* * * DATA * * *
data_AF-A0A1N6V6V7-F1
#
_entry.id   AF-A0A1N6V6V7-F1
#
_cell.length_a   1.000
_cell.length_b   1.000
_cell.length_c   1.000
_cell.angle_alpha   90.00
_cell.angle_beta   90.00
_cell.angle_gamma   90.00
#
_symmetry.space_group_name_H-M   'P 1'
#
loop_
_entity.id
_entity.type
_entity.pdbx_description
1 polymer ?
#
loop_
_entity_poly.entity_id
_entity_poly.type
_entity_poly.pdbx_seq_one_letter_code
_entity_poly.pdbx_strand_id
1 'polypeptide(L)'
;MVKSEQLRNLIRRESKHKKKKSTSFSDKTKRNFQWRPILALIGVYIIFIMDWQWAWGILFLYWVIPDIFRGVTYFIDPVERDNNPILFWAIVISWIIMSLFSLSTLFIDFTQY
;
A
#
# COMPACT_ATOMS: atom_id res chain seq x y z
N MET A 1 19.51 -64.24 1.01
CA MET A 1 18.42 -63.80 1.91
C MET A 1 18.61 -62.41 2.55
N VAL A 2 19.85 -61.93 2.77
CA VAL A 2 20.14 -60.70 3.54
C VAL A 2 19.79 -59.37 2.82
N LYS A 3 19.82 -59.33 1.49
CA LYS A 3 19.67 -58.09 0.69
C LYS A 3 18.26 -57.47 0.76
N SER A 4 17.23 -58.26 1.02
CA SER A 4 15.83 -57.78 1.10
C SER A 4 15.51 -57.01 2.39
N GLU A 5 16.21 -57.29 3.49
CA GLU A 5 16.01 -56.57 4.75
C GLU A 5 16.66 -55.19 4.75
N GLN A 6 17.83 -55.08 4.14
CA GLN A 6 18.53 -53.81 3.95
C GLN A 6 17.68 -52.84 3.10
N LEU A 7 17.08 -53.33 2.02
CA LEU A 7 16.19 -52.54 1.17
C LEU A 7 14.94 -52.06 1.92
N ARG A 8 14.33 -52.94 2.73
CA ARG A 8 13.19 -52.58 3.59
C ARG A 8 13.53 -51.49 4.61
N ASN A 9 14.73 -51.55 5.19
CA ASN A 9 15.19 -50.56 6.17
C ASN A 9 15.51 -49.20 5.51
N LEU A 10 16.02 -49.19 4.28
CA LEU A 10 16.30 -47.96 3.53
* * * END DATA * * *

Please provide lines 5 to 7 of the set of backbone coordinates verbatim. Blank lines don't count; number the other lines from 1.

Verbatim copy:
_cell.length_a   1.000
_cell.length_b   1.000
_cell.length_c   1.000